Sunday, September 24, 2017

U2 (Late '80s)

During the early '80s, U2 was a band with a growing cult following, known for its idealistic and sometimes spiritual songs. During the mid to late '80s, U2 became an enormously popular worldwide phenomenon, playing to stadiums and dominating the music charts. See the previous post on this part of U2's career.

The breakthrough moment for U2's popularity was perhaps their phenomenal performance at the Live Aid concert, which drew attention to the band from many who had not yet been followers.

In 1987, the U2 released The Joshua Tree, a critically acclaimed album that also topped the charts and became a blockbuster seller internationally. The Joshua Tree spawned several hits, including the shimmering "With or Without You."

Here, "Where The Streets Have No Name," also from The Joshua Tree.

In 1988, U2 released a rockumentary film, Rattle and Hum, with an accompanying album that included collaborations with B.B.King, Bob Dylan, and Harlem's New Voices of Freedom gospel choir.  Above, "Angel of Harlem," from Rattle and Hum.

In the years since the end of the '80s, U2 has become an international phenomenon, and perhaps the most acclaimed acclaimed band to emerge out of the '80s decade. 

Sunday, September 10, 2017

U2 (Early '80s)

For many young people growing up in the '80s, U2 was a band that represented the idealistic side of the decade: the part of the decade that represented hoping for a better world and striving for something beyond mundane materialism. U2 eventually would become among the greatest rock superstars in history. But before that, they were a striving alternative band with high ideals.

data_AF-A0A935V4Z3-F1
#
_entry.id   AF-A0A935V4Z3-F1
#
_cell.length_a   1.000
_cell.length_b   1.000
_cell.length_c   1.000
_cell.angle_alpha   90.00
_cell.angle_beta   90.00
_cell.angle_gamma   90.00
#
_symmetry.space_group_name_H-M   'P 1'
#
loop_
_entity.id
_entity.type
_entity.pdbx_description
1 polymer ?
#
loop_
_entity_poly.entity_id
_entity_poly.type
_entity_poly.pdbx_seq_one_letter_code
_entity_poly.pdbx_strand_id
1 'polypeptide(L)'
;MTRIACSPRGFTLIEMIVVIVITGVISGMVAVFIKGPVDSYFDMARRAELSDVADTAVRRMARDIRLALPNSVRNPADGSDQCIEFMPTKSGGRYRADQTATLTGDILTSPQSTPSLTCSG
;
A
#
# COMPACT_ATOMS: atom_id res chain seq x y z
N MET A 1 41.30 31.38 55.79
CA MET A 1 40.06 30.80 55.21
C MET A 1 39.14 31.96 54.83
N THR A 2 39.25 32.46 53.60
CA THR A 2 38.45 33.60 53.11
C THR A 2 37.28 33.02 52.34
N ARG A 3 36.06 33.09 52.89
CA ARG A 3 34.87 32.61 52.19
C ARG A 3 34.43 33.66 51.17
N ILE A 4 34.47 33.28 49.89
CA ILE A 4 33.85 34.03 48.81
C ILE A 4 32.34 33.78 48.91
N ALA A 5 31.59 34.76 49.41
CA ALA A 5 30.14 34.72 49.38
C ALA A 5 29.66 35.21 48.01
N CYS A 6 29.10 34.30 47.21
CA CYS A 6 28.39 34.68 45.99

In "Gloria," from the 1981 album, October, U2 shows the compelling combination of spirituality and hope and good rock n roll that represented their work. The song is essentially a prayer. According to Wikipedia:
The chorus "Gloria in te Domine / Gloria exultate" translates to "Glory in You, Lord / Glory, exalt [Him]" with "exalt" in the imperative mood, a reference to Psalm 30:2 (in te Domine, speravi). The song also contains references to Colossians 2:9-10 ("Only in You I'm complete") and James 5:7-9 ("The door is open / You're standing there").
In "Sunday Bloody Sunday," from their 1982 album, War, U2 brings out their earnest idealism, in a song protesting the violence which was then a fact of life in Northern Ireland.
"Pride (in the Name of Love)", a soaring anthem from the 1984 album The Unforgetable Fire, is a tribute to Martin Luther King. 

Monday, September 4, 2017

John Cafferty & the Beaver Brown Band: On the Dark Side

Happy Labor Day!!  To help us celebrate, here's a real blue collar band from the '80s: John Cafferty & the Beaver Brown Band, with 1983's "On the Dark Side." This song is from the Eddie and the Cruisers soundtrack, but John Cafferty & the Beaver Brown Band are the real deal.